Situated in the province of Gandaki in Manang district at the thirty four kilometers east from Mount Dhaulagiri, Mount Annapurna stands proudly and splendidly with the height of 8091 metres along Annapurna range spreading around the length of 55 kilometres. The Annapurna range consists of series of high mountain peaks and four of them, apart from Mount Annapurna, are named after ‘Annapurna’ itself. They are Annapurna II (7939 metres), Annapurna III ( 7555 metres ), Annapurna IV ( 7525 metres) and Annapurna South ( 7219 metres ).
Between the range of Dhaulagiri and that of Annapurna, there flows the Kali Gandaki river forming an enchanting gorge, known as Andha Galchhi, meaning blinding gorge, at Dana of Myagdi, which, it is said, is the world’s deepest gorge, with the depth of 6967 metres. The total Annapurna region has been conserved by the project called Annapurna Conservation Area Project, which, it is claimed, is one of the world’s most successful projects in the field of the conservation of nature.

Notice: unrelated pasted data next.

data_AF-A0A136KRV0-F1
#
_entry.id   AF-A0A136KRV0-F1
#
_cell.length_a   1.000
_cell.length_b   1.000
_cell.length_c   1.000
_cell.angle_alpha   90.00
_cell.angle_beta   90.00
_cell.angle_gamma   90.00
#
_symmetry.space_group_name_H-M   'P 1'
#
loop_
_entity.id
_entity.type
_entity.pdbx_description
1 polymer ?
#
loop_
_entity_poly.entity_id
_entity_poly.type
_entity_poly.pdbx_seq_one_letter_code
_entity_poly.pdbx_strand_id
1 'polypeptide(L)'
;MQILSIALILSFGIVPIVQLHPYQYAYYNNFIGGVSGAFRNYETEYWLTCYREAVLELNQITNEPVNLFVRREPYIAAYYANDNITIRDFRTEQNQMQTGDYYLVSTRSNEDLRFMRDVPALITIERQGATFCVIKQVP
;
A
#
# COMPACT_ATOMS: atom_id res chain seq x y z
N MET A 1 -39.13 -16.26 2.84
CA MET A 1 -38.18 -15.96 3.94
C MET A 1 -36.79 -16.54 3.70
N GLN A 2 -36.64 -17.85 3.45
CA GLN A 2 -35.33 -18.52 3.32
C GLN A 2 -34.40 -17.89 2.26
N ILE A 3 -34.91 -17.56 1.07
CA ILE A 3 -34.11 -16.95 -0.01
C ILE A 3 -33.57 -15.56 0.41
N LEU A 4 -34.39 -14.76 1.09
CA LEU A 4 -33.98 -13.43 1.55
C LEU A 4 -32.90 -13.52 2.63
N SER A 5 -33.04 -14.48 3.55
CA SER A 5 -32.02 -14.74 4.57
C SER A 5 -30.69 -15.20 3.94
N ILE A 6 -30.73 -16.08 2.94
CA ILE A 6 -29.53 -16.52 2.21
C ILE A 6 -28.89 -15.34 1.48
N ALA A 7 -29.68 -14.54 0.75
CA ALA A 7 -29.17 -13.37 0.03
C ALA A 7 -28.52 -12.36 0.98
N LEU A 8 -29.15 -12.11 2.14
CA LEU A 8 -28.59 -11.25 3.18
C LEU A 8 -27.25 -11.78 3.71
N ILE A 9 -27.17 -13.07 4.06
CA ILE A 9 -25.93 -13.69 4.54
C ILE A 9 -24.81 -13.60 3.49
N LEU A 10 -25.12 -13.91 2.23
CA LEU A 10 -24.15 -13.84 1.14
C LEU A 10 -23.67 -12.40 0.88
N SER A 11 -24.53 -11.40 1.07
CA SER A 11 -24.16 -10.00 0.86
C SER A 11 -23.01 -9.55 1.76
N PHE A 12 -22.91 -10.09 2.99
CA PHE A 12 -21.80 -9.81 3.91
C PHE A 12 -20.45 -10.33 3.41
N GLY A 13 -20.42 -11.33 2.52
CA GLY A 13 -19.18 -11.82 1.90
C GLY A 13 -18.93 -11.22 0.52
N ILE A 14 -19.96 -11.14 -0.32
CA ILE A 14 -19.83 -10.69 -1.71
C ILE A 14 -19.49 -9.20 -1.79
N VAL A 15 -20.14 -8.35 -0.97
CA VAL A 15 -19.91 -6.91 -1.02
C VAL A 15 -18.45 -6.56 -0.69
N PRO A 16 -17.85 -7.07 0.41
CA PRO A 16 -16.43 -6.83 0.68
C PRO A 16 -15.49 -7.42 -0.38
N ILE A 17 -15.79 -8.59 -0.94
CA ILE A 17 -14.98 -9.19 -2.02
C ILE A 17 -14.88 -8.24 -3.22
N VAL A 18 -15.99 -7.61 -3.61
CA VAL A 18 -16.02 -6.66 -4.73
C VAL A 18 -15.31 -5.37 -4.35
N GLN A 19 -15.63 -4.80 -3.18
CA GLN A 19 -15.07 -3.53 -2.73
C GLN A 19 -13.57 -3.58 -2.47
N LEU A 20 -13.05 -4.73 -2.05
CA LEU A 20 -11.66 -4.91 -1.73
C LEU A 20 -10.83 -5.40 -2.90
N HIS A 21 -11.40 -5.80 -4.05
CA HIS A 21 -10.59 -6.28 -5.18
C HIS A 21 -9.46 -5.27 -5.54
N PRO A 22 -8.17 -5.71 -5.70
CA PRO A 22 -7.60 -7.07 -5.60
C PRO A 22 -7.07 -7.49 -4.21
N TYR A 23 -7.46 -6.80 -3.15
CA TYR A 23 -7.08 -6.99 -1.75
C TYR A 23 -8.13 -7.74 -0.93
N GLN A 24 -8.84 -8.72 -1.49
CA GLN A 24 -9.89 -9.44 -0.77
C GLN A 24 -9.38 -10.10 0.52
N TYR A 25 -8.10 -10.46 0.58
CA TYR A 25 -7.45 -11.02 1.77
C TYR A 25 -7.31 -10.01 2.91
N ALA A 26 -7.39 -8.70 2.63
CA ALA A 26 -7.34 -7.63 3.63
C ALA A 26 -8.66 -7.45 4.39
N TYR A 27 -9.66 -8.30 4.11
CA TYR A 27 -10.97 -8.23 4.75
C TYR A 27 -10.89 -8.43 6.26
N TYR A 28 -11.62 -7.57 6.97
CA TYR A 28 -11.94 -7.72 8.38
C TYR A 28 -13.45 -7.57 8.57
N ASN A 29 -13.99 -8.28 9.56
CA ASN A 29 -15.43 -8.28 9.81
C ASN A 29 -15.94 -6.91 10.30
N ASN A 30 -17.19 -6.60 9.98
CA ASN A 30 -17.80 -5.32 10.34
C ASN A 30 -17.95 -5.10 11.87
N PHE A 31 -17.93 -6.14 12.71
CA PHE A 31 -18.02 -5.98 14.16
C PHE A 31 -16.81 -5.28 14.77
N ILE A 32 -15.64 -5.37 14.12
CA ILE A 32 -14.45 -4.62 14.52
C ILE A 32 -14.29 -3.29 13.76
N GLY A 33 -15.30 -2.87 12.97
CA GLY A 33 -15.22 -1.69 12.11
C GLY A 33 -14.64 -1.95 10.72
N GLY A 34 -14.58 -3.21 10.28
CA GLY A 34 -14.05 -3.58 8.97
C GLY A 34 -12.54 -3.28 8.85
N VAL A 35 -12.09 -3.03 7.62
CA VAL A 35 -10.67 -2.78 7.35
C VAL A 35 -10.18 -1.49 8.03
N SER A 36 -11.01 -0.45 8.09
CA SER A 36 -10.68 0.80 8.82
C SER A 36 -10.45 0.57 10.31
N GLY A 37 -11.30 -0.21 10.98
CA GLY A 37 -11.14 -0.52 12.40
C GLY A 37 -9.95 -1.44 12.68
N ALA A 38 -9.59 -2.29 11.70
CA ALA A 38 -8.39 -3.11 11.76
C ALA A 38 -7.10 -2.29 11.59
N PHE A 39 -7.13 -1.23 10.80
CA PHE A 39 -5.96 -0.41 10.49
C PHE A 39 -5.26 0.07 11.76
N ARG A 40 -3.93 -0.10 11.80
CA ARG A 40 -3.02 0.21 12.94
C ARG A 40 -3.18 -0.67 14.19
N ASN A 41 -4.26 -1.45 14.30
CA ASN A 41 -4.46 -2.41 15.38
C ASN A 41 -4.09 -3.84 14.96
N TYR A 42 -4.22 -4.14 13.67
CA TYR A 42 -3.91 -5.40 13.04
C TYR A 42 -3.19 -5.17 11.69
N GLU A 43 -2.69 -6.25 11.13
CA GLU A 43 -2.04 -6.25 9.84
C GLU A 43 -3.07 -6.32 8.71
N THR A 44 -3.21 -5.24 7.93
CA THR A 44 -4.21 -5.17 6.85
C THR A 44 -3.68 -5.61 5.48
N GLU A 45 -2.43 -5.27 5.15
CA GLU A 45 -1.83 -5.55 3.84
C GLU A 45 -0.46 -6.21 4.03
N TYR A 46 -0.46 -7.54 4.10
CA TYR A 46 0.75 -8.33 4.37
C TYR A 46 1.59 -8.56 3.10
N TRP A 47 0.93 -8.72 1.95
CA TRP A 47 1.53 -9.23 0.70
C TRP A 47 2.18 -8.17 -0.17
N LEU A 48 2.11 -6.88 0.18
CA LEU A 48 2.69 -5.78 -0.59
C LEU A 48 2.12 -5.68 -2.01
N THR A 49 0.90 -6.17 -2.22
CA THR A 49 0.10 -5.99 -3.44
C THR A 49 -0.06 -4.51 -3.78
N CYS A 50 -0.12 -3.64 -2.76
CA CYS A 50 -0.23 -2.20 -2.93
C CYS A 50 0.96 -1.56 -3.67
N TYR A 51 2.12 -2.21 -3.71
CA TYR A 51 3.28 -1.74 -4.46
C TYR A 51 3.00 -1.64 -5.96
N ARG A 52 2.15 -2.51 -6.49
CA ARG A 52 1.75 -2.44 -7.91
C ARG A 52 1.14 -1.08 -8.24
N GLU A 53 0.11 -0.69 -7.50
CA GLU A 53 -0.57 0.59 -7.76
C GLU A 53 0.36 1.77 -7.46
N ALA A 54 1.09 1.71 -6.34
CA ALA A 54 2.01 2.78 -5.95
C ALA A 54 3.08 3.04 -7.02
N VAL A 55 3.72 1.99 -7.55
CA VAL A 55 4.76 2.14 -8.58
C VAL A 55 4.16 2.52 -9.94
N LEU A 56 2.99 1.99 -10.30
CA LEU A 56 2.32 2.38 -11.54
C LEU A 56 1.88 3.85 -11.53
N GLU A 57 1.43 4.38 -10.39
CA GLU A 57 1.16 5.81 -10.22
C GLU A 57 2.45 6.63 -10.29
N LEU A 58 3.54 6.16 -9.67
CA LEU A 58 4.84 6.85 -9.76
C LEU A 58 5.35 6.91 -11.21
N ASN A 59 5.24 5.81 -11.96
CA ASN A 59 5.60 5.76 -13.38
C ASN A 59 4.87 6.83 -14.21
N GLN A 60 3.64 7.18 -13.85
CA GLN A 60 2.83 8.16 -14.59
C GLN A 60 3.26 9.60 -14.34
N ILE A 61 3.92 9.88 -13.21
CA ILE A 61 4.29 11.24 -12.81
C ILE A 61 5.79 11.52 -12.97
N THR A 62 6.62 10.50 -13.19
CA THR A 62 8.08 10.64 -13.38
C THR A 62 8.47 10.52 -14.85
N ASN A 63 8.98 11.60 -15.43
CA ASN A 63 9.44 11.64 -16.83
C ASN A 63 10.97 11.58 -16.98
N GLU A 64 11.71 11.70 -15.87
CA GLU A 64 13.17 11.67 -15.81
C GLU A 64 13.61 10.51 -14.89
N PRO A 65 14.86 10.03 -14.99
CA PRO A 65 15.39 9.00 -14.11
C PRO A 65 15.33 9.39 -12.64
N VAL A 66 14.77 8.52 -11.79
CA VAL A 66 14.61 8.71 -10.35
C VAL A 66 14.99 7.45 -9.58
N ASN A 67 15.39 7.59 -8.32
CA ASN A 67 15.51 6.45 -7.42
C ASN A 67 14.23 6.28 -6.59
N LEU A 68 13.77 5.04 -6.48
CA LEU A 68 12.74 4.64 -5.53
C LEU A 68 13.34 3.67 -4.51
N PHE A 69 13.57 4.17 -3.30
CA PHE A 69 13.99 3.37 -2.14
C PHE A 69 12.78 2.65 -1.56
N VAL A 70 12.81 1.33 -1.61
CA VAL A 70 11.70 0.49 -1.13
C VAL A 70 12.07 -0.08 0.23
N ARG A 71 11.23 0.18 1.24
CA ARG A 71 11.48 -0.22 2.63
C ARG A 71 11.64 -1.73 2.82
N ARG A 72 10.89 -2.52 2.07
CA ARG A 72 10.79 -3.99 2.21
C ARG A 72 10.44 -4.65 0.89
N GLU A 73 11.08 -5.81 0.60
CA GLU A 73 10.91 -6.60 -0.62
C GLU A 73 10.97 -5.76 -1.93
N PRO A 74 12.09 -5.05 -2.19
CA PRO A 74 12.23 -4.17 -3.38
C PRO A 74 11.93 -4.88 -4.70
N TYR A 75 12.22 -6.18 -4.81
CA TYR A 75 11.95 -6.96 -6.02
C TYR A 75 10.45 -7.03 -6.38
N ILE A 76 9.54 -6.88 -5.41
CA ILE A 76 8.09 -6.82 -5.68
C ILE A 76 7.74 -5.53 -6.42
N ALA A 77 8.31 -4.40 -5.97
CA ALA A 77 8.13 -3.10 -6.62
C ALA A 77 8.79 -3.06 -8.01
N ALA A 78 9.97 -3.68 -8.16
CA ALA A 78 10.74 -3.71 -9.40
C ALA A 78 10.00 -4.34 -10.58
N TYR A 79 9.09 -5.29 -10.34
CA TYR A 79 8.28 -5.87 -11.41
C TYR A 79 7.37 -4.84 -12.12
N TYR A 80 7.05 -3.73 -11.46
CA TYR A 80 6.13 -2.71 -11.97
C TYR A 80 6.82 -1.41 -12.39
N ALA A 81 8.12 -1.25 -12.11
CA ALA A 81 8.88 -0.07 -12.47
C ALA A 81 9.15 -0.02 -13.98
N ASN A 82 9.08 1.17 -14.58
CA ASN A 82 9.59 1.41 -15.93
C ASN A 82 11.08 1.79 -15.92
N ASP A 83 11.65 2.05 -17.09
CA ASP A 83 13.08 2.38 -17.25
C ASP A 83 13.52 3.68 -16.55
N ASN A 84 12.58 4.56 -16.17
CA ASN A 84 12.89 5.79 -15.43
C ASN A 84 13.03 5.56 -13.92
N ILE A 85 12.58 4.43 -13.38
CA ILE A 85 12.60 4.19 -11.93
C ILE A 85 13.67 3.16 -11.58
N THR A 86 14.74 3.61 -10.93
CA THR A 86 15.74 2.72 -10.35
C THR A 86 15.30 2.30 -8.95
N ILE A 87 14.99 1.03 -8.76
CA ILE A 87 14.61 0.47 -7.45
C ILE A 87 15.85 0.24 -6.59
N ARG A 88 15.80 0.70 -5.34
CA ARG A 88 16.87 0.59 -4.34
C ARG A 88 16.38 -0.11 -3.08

One important fact about Mount Annapurna is that it is the first above eight thousand metre mountain in the world climbed by humans. The French citizen Maurice Herzog and Louis Lachanel climbed up the top of Mount Annapurna on June 3, 1950. These two mountaineers had initiated their expedition aiming to climb Mount Dhaulagiri, but changed their mind and decided to make it to the peak of Annapurna, which was completely unexplored and alien to the world until then.
The book “Annapurna” written by Herzog, is a precious gift to the world as it contains the detailed story of how they climbed the Mt Annapurna despite the tough and harsh crossroads of their expedition. The first Nepali to climb Annapurna was Sonam Walung Sherpa, who ascended to the top on October 13, 1977.
The literal meaning of Annapurna is “filled with grains”, or it can also be described as “The Goddess of Grains”.
-Article written by: Bedu Khatiwoda for Land Nepal